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Tidal Launch Event NYC #TIDALforALL

Jay Z's music-streaming service, Tidal, relies heavily on bringing exclusive content to subscribers. But it knows more features are needed to complement that. Today, in an effort to make the overall experience better for its users, Tidal is launching desktop apps for both Mac and Windows -- albeit in beta form. There's also an updated user interface on mobile and the web, along with the new applications, which comes with extra personalization options, a simplified menu and improved search results. Ticketmaster support has been added too, letting people view artists' tour dates and purchase concert tickets directly from the music service's website or apps; Spotify does something similar through Songkick.

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Oculus' big push into cinema began at the 2015 Sundance Film Festival, where it introduced its VR filmmaking endeavor, Story Studio. Back then, the company debuted Lost and revealed a list of other shorts it had plans for -- though it didn't go into much detail about them. Today, however, we're getting to know Henry, the second film from the virtual reality studio. Directed by Ramiro Lopes Dau, who previously worked on animation for Pixar's Brave and Monster University, Henry tells the story of a cute hedgehog that has trouble making friends because of his appearance. Oculus Story Studio describes it as a heartwarming comedy.

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Google brought virtual reality to the masses cheaply with Cardboard, a DIY headset announced at last year's I/O conference. Now, the search giant's building upon its 1 million VR viewers with an improved Cardboard headset that fits smartphone screens up to 6 inches. It also incorporates a new top-mounted button that replaces the finicky magnetic ring so that Cardboard works with any phone. And, in what's probably the most consumer-friendly move Google's made with the new and improved Cardboard, it takes just three steps to assemble. Clay Bavor, VP of Product, told I/O attendees that they'd be receiving these new DIY VR kits immediately after the keynote. And for interested VR developers, it's important to note the Cardboard SDK now works with iOS in addition to Android.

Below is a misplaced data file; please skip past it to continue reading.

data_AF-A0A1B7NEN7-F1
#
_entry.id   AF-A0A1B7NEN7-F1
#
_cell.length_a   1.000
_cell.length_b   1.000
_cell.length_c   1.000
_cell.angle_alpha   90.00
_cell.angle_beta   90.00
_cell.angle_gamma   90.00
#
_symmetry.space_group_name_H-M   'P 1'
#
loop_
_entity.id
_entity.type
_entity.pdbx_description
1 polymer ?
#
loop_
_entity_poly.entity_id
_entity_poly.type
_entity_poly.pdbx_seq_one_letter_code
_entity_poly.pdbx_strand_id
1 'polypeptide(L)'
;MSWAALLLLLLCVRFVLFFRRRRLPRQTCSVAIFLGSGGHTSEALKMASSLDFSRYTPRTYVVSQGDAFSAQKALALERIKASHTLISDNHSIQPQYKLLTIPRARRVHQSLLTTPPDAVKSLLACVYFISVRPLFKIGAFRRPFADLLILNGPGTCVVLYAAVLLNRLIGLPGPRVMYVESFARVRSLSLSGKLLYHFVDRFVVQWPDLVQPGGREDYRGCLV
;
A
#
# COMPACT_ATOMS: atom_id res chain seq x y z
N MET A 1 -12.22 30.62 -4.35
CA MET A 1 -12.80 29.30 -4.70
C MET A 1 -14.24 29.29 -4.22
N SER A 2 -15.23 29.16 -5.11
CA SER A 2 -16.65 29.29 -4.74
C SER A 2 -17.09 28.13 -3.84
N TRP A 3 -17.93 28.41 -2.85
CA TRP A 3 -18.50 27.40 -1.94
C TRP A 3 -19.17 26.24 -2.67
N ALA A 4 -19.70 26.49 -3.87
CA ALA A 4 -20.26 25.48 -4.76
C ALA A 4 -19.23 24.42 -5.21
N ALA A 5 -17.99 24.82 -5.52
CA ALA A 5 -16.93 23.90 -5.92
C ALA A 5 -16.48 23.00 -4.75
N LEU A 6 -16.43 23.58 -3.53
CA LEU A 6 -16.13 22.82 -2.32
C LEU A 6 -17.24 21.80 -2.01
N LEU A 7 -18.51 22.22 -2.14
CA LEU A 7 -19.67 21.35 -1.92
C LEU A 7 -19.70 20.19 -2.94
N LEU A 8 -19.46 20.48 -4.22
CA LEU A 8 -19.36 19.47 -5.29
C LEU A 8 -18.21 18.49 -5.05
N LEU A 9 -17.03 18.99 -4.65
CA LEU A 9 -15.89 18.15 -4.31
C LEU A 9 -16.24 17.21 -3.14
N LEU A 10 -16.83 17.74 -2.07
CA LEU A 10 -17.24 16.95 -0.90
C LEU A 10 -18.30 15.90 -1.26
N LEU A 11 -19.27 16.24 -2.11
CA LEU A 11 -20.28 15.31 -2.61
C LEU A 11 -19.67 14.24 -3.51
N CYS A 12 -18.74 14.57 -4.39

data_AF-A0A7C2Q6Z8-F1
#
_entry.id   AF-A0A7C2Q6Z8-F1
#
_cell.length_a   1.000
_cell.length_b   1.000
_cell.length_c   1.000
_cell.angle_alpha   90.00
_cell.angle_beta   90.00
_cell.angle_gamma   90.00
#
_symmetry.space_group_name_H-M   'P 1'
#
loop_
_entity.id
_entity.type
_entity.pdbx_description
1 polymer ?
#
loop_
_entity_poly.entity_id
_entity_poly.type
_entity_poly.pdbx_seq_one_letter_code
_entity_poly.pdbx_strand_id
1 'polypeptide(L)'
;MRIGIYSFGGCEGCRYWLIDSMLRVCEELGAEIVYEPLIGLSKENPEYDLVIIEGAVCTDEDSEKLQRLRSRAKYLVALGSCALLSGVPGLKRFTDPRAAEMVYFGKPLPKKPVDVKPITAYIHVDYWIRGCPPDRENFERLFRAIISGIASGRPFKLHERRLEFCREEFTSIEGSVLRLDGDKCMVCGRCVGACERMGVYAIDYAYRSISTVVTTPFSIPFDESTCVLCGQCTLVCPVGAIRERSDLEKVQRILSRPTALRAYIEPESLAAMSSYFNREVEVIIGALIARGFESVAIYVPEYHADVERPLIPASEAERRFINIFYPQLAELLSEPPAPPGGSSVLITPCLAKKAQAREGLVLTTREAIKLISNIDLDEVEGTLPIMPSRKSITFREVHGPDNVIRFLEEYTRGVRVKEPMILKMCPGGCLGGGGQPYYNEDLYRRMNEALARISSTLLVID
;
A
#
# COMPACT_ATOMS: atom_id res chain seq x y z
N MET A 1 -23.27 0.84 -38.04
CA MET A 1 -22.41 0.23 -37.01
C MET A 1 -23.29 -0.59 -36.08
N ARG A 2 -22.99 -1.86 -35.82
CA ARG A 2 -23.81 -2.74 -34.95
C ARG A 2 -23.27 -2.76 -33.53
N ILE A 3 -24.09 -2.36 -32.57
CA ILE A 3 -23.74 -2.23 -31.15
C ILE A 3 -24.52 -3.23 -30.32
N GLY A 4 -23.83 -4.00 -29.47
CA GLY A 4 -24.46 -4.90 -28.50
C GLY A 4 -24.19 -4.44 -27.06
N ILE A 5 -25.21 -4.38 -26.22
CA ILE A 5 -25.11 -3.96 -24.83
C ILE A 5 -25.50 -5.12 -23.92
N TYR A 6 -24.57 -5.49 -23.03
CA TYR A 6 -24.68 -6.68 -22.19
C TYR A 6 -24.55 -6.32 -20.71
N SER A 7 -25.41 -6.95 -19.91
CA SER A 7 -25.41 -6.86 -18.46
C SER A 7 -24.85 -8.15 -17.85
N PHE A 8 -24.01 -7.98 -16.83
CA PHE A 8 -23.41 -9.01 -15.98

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Neon green and red lights flash as Batman maneuvers the Batmobile through loop de loops in a gaudy underground racetrack. On the streets of Gotham, giant, bulbous tanks strafe around each other shooting at the speeding Bat-vehicle as it tries to escape. Onscreen, a computer-animated Alfred appears and gets snippy with master Bruce.

This is a description of the things I did in a demo of Rocksteady's Batman: Arkham Knight, due out this June on PlayStation 4, Xbox One and PC. And if any of the above sounds a whole hell of a lot like the camp film Batman & Robin, well, that's because it's eerily similar. If you were a fan of that Joel Schumacher-directed 1997 nipple fest or the open-world distractions of the 2011 video game Arkham City, then that gameplay might sound pretty awesome. But for a fan of Batman: Arkham Asylum like myself, however, this sample of Arkham Knight was disconcerting.

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Like any Mad Max fan thrilled by the film Fury Road, I approached Avalanche Studios' new video game translation hoping to find echoes of the film's anarchic spirit. And while the full game may deliver -- we won't know until review time -- the current demo feels more like a mundane snapshot of Max's offscreen life in that post-apocalyptic world than an adrenaline shot from Fury Road. Mad Max, due out this fall for PlayStation 4, PC and Xbox One, just doesn't have the same level of enervating detail.